Sound Bites: EQ or not EQ?


Here’s something you don’t see every day (which is why it’s in my personal collection).


Albiswerk 502/72 EQ

Despite what you might think, this stunning 1950s equaliser is a single mono device (and it weighs about 30 kg in total!).Albiswerk 502/72 EQs

The large unit underneath provides high and low cut and boost and the smaller unit above is midrange. Overall, this is a clinical equaliser, offering full bodied control over the entire frequency spectrum. Inside, it’s bristling with meaty inductors and transformers, as can be seen in the photos here.

Before I took the plunge and dug deep to acquire this mass of heavy metal, I had never encountered one before, and I guess that’s what excites me – the rare, the ridiculous and the sonically supreme. However, a little research revealed that the Albis 502/72 Zusatzfilter was an integral part of composer KarlHeinz Stockhausen’s writing and recording rig.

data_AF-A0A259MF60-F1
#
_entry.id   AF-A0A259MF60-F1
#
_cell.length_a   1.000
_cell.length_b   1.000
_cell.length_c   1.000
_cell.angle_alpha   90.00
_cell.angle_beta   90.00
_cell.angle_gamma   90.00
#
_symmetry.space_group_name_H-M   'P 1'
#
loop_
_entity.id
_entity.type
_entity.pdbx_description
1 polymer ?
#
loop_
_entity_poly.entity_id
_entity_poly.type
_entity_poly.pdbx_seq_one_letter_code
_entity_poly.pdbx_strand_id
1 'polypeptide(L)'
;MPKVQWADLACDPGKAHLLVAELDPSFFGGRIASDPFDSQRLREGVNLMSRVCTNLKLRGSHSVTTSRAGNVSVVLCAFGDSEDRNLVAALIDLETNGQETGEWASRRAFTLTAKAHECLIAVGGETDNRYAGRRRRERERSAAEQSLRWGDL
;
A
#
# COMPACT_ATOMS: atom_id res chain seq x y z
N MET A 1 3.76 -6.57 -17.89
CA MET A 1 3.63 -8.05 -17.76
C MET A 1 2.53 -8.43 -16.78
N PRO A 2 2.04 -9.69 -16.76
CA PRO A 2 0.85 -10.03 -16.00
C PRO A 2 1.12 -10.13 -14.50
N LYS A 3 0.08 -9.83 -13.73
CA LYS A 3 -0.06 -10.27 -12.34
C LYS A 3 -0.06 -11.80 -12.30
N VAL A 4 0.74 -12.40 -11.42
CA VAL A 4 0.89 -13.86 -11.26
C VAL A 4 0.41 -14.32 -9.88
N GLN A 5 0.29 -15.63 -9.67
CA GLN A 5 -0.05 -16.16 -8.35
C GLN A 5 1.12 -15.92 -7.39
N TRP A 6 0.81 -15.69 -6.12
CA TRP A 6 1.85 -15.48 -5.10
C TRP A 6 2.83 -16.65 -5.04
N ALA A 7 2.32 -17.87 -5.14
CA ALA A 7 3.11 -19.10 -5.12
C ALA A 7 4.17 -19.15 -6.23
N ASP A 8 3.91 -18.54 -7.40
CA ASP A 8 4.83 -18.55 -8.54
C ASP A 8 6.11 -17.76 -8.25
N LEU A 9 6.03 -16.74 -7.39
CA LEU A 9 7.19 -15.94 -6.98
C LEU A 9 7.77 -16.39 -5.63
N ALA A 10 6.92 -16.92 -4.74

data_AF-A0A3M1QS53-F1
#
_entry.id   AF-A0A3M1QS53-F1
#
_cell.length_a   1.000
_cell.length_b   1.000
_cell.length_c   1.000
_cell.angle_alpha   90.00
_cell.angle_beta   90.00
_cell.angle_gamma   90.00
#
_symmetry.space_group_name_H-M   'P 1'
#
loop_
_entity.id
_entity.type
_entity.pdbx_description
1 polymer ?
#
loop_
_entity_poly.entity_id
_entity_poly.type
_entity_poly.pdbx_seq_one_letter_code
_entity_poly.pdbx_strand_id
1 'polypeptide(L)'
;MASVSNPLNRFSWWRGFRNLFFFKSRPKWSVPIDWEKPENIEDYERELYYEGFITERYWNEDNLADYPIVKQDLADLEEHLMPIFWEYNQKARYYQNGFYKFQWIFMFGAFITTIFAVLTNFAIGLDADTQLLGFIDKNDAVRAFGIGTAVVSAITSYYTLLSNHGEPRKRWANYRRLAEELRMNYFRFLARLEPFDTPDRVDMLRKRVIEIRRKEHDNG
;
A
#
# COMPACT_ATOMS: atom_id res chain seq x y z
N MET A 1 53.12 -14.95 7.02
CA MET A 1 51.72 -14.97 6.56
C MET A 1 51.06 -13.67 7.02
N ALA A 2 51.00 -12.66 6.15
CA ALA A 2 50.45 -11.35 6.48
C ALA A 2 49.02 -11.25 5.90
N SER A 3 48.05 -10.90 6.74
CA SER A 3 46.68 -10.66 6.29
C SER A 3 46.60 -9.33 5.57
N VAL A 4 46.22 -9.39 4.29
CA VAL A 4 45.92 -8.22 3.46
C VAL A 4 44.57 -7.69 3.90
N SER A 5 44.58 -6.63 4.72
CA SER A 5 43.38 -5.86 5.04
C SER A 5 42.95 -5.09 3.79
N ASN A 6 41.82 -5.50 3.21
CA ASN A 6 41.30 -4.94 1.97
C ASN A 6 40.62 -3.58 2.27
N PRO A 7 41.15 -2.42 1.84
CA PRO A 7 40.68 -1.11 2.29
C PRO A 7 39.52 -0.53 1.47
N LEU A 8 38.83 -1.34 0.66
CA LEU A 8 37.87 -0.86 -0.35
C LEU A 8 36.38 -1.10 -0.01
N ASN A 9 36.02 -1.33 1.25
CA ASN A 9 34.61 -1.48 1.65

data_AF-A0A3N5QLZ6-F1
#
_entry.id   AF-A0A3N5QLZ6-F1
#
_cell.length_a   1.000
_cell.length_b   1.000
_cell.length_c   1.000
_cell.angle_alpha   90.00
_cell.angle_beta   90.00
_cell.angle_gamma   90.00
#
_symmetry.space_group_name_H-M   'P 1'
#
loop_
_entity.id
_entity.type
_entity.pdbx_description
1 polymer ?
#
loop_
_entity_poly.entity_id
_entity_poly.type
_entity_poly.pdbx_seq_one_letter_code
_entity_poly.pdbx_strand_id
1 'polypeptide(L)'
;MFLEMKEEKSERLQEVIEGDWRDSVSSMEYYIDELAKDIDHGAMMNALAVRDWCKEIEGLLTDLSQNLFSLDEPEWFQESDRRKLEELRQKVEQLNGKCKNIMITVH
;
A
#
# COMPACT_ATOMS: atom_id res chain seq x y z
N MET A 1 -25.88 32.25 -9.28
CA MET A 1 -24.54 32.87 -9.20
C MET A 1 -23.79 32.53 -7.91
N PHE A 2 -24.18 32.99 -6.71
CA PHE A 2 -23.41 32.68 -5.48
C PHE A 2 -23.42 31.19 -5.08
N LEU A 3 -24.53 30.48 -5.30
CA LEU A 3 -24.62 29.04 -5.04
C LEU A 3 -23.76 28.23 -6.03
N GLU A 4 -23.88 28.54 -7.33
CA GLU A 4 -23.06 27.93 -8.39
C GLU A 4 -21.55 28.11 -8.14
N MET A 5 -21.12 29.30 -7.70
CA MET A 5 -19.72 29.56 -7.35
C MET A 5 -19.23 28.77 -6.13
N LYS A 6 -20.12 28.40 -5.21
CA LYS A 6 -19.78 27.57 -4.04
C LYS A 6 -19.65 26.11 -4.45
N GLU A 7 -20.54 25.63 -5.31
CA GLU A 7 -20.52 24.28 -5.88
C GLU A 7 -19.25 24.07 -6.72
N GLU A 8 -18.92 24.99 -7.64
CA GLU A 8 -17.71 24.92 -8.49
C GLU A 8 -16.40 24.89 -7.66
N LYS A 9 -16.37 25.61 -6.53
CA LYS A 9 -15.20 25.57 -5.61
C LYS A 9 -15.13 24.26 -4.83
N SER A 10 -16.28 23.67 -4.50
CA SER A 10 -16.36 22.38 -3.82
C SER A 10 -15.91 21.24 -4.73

For those who are unfamiliar with Stockhausen’s work, he was one of the earliest exponents of electronic music, dabbling in sound manipulation, tape loops and early analogue ‘sampling’ techniques years before the likes of Kraftwerk came upon the scene. I assume he was also a closet weight lifter judging by the sheer mass of the loppy-loo Albiswerk eq.

How does it sound? I haven’t yet had time to use it in anger, but my initial reaction is that it’s extraordinary – worth its weight in audio gold. Eccentric. 04.05.16




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